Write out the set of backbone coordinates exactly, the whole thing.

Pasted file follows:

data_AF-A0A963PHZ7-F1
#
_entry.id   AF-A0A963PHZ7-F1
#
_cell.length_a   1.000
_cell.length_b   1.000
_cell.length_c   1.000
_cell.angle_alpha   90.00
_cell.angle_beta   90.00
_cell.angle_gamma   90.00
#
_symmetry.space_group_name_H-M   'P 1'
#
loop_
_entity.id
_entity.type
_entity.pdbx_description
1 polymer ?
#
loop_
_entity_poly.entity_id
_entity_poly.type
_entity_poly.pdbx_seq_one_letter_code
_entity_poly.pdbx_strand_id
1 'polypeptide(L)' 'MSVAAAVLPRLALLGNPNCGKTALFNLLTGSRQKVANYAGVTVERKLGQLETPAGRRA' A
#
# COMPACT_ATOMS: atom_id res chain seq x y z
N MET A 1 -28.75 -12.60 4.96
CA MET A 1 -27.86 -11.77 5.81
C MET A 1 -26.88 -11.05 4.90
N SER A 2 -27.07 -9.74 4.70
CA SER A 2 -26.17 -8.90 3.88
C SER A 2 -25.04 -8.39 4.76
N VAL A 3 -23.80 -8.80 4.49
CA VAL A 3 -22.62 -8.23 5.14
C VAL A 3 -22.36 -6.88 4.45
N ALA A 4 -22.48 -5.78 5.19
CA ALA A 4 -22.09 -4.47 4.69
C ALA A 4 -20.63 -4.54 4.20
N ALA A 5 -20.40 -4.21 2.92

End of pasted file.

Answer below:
data_AF-A0A963PHZ7-F1
#
_entry.id   AF-A0A963PHZ7-F1
#
_cell.length_a   1.000
_cell.length_b   1.000
_cell.length_c   1.000
_cell.angle_alpha   90.00
_cell.angle_beta   90.00
_cell.angle_gamma   90.00
#
_symmetry.space_group_name_H-M   'P 1'
#
loop_
_entity.id
_entity.type
_entity.pdbx_description
1 polymer ?
#
loop_
_entity_poly.entity_id
_entity_poly.type
_entity_poly.pdbx_seq_one_letter_code
_entity_poly.pdbx_strand_id
1 'polypeptide(L)' 'MSVAAAVLPRLALLGNPNCGKTALFNLLTGSRQKVANYAGVTVERKLGQLETPAGRRA' A
#
# COMPACT_ATOMS: atom_id res chain seq x y z
N MET A 1 -28.75 -12.60 4.96
CA MET A 1 -27.86 -11.77 5.81
C MET A 1 -26.88 -11.05 4.90
N SER A 2 -27.07 -9.74 4.70
CA SER A 2 -26.17 -8.90 3.88
C SER A 2 -25.04 -8.39 4.76
N VAL A 3 -23.80 -8.80 4.49
CA VAL A 3 -22.62 -8.23 5.14
C VAL A 3 -22.36 -6.88 4.45
N ALA A 4 -22.48 -5.78 5.19
CA ALA A 4 -22.09 -4.47 4.69
C ALA A 4 -20.63 -4.54 4.20
N ALA A 5 -20.40 -4.21 2.92